There’s a recurring discussion around Ethereum’s need for 1.6 terabytes of disk space (and that number is growing fast). The implication is that it’s no longer practical to run fully-validating Ethereum nodes on consumer hardware and, therefore, the project is doomed.
Fortunately, the disk bloat anxiety is a non-issue, but it’s a topic that’s nuanced, which facilitates the spread of misleading, sensationalist headlines. Afri Schoedon, a Parity developer, attempted to explain the disk usage in great detail in Nov 2017 as have others in blogs and social media, yet the confusion persists.
This post is another attempt to dispel the Ethereum disk bloat anxiety.
At a high level, the fact that Ethereum can be configured to use 1.6TB does not mean it needs 1.6TB to be a fully validating node.
For context, as of October 2018, Bitcoin (core), with the transaction index enabled, uses 162GB of disk space: ./bitcoind txindex=1
Geth, with the --syncmode=full CLI flag, uses 113GB of disk. This is a “full node”. It validates everything as it downloads starting from the genesis block via the P2P network.
So if the 113GB node is a “full node”, where does this 1.6TB figure come from? It happens when you disable the pruning feature on the Geth or Parity Ethereum implementations. In Geth you disable pruning with --gcmode=archive. And what is the pruning feature? Pruning garbage-collects stale data from the Ethereum database (which consists of many trie data structures). More concretely, it deletes old revisions of data (e.g. Alice’s account balance changed from 5 to 6, so we can delete the record of it being 5). Pruning data is not mutually exclusive with full validation.
So, why would someone disable the pruning feature? They wouldn’t, unless they need access to the state of things from the past (data analytics or some dapps).
But pruning was not always possible for Ethereum. In early implementations Ethereum node users just suffered through unnecessary disk bloat until Vitalik wrote a blog post about it in June 2015 and then Geth and Parity eventually implemented pruning (Geth in Feb 2018).
Those early nodes with no pruning had all previous states of the network. These nodes are now called “archive nodes”. They had separate databases (trie data structures) for each block (6.6 million blocks currently). See the “initial state pruning” section.
Since validating transactions only requires knowing the state of the world at the block at which is being validated, maintaining historical state outside of that block is not necessary for validation. Despite this, non-archive Geth nodes will still maintain state for the last few hundred blocks in memory and checkpoints of state at points in time on disk. Why? In case the chain reorganizes and state needs to be looked up for a particular account at an earlier block height. The historical state of the last ~1024 blocks is considered enough state to keep to tolerate most reorgs.
Can specific old state, before those 1024 state tries, be found without maintaining 1.6TB archive node? Yes, 3 options:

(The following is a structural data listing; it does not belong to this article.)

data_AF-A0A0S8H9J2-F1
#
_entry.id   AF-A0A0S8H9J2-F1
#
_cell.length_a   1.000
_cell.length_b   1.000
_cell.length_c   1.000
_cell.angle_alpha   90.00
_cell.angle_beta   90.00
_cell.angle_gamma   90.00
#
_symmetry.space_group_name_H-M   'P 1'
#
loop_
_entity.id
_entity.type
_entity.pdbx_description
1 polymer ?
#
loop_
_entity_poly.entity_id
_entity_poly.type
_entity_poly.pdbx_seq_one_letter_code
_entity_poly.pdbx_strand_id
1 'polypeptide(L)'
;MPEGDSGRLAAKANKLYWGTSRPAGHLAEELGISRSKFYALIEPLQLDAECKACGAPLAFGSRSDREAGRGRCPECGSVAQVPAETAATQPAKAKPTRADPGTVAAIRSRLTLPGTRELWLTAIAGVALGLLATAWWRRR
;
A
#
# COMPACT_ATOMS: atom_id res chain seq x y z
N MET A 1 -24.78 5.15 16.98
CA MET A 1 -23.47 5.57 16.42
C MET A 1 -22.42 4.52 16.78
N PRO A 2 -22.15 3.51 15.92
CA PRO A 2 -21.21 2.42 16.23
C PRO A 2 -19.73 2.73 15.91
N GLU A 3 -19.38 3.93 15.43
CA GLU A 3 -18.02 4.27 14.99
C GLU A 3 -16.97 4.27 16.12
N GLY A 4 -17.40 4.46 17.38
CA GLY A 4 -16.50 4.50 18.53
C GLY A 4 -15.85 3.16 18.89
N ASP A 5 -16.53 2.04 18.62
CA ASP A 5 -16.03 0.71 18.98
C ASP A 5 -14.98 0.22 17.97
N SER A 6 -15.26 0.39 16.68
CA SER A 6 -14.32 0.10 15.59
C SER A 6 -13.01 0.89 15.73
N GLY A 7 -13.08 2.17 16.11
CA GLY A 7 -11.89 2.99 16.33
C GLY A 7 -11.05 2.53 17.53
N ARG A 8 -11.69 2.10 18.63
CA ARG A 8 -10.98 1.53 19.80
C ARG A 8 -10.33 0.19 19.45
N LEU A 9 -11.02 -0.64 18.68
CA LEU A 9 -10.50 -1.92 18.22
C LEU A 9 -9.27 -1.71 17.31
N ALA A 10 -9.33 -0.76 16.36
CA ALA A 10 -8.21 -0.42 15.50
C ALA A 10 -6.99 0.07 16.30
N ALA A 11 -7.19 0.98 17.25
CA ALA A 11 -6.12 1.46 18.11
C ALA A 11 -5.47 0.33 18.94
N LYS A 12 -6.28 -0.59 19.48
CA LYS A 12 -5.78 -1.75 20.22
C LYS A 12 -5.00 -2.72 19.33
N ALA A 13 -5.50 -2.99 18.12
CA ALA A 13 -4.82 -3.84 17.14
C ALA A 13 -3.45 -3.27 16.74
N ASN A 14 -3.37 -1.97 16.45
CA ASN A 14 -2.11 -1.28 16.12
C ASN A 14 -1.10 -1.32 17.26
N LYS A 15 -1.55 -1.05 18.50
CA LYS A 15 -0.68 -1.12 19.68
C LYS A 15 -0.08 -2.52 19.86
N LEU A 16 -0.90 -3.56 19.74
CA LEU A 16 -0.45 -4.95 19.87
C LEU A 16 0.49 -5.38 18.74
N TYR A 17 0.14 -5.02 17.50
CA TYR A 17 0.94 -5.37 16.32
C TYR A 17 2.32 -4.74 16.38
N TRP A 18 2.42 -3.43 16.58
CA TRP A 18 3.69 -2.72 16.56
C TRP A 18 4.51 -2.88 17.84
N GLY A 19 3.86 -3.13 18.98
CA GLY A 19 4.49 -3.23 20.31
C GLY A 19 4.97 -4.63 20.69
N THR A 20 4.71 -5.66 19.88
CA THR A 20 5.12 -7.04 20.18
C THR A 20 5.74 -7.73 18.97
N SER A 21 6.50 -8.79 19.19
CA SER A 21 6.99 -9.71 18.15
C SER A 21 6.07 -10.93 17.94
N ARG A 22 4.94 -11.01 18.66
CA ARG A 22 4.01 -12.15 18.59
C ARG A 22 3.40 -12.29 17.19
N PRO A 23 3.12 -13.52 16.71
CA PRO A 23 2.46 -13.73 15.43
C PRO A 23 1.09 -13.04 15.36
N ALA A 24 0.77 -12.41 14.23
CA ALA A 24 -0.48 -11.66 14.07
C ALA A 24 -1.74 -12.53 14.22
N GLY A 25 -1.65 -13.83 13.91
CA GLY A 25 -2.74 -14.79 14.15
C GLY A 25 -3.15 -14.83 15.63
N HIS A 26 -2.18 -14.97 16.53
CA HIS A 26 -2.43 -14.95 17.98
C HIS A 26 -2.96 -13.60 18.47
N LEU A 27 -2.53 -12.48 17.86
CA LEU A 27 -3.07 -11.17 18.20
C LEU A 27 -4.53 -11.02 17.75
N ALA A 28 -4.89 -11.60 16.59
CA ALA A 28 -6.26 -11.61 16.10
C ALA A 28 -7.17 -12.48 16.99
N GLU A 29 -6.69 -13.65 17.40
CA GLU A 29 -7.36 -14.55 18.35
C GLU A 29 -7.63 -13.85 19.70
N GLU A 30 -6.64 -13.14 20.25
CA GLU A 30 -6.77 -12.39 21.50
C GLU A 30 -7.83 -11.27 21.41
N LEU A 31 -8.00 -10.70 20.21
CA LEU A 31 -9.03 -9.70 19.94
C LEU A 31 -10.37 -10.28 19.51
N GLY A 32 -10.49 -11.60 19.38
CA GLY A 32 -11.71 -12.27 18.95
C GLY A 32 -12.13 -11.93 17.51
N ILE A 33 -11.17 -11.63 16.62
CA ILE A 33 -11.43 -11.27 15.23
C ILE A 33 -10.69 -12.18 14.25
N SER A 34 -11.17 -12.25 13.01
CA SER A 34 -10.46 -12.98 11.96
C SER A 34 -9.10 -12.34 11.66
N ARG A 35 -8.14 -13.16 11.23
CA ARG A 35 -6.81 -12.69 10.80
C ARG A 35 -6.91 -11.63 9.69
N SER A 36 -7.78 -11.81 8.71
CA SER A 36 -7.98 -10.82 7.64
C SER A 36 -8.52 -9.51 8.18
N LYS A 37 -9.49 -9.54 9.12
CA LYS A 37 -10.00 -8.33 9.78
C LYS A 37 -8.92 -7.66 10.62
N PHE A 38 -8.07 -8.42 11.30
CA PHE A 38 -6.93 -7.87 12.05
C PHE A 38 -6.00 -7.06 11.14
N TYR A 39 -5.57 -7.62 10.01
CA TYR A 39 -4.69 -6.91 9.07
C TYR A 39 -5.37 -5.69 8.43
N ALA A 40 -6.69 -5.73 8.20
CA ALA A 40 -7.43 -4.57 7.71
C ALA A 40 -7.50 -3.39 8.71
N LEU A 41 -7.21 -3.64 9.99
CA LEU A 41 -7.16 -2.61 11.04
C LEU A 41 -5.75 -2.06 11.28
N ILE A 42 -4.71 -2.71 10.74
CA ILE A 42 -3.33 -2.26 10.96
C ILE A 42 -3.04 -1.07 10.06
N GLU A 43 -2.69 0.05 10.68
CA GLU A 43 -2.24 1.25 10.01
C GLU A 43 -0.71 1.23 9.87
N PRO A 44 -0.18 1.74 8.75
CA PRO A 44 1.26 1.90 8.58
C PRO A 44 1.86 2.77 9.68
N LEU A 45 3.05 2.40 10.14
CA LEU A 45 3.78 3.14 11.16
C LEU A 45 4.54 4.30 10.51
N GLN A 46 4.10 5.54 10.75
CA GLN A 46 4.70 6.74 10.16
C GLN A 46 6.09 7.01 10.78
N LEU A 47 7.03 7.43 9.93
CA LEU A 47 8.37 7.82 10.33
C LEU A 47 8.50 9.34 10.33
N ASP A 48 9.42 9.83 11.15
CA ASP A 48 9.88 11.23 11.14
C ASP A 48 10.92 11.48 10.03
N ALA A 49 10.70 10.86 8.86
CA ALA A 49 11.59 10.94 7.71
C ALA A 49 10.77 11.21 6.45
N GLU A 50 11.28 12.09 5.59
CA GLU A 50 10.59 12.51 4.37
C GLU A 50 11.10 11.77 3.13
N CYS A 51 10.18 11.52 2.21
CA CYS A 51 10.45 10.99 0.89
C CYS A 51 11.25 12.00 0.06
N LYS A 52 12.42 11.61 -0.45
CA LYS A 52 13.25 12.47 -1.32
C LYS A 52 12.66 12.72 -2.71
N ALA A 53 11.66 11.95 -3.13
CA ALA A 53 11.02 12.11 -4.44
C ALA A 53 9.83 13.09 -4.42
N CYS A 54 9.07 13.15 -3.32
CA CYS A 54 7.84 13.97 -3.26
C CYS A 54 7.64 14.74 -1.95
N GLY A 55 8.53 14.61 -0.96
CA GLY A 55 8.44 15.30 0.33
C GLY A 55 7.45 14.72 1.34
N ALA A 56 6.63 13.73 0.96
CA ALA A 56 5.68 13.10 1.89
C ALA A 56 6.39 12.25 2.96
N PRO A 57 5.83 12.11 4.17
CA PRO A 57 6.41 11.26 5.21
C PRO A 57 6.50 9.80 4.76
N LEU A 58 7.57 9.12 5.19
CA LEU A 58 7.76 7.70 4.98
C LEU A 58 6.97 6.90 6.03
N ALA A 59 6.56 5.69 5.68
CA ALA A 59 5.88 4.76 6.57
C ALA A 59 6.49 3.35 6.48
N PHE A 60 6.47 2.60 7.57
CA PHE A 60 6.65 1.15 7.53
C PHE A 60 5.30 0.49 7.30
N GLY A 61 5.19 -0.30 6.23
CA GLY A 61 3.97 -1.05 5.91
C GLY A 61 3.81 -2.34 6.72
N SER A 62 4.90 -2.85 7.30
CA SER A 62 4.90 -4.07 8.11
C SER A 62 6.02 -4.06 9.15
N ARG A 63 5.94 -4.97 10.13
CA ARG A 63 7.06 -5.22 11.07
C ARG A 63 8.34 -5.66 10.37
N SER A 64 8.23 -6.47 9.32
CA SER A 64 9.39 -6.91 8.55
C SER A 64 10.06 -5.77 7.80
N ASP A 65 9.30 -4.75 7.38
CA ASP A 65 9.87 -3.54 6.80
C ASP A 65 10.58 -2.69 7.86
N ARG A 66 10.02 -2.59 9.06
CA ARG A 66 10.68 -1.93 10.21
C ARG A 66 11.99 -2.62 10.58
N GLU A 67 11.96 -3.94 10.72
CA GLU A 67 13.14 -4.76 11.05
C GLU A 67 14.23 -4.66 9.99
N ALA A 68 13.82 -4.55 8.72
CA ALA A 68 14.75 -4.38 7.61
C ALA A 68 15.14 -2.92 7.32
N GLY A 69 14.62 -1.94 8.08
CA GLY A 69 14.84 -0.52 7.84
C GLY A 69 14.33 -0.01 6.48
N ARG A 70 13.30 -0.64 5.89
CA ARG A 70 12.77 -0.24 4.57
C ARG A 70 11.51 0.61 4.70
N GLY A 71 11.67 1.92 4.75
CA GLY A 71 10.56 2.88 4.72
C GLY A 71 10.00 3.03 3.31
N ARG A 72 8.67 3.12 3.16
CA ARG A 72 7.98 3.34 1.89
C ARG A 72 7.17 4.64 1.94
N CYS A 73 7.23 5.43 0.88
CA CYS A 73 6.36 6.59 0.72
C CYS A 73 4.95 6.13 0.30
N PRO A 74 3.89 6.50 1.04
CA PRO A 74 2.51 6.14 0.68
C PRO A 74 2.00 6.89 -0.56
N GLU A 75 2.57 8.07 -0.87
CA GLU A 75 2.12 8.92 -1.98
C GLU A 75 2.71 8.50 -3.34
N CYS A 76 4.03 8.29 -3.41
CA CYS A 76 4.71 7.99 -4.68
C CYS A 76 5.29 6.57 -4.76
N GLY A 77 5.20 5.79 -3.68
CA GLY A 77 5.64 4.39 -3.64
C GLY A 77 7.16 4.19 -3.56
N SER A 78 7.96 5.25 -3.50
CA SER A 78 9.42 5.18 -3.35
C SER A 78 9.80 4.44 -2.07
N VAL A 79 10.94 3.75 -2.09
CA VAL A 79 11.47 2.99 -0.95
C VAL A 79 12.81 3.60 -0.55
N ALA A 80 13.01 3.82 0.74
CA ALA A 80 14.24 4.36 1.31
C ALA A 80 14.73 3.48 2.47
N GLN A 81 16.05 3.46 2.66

- request specific state from P2P network (fast, not perfectly secure)
- compute the state by processing the blockchain from the last checkpoint state
- if you have no checkpoints, then compute the state by processing the blockchain starting at genesis block up until the block at which you want the state (slow, but perfectly secure)
What does this look like for a developer building dapps?
With a 1.6TB Ethereum node you can do this:
With a pruned node, that previous command would fail unless you specified a block height within ~1024 blocks of the current block.
There is an argument that some dapps (like voting dapps) need all historical states to be functional, and since Ethereum features dapps as a keystone feature, then this 1.6TB full state issue is a real problem. But even if we assume there is a material amount of dapps needing access to historical state, it’s currently being addressed (potentially being reduced from 1.6TB to 250GB).
There is an argument that since Bitcoin’s 162GB size includes its full historical state, any comparisons with Ethereum should use the 1.6TB figure. This is reasonable, but making the comparison in the first place is a bit sensational since it: 1) ignores the nuance that the full historical state is rarely necessary, and 2) is technical debt that is being addressed.
Where does this leave us? Ethereum’s current disk requirements to run a fully validating node are not 1.6TB, they are 113GB. If you choose to run in archive mode for analytics, research purposes, or a specific dapp, there are currently (but being addressed) disk space and disk latency constraints.
There are 4 ways to configure Geth:
- Light client: no validation, requests state from P2P network for checking balances and verifying (350MB)
- Fast node: does not validate data before date of initial sync, validates everything after that, prunes old state in memory, writes checkpoints of state to disk (Geth 113GB)
- Full node: validates everything, prunes old state in memory, writes checkpoints of state to disk (Geth 113GB)
- Archive node: validates everything, no pruning (Geth 1.6TB)
Monitor Geth’s non-archive size here.
All in all, Ethereum is easier to run than you think. Fully-validating Ethereum nodes need 113GB of disk, or 1.6TB if all old state is included. Fortunately, all old state is rarely needed, but there is work being done to bring it from 1.6TB to 250GB.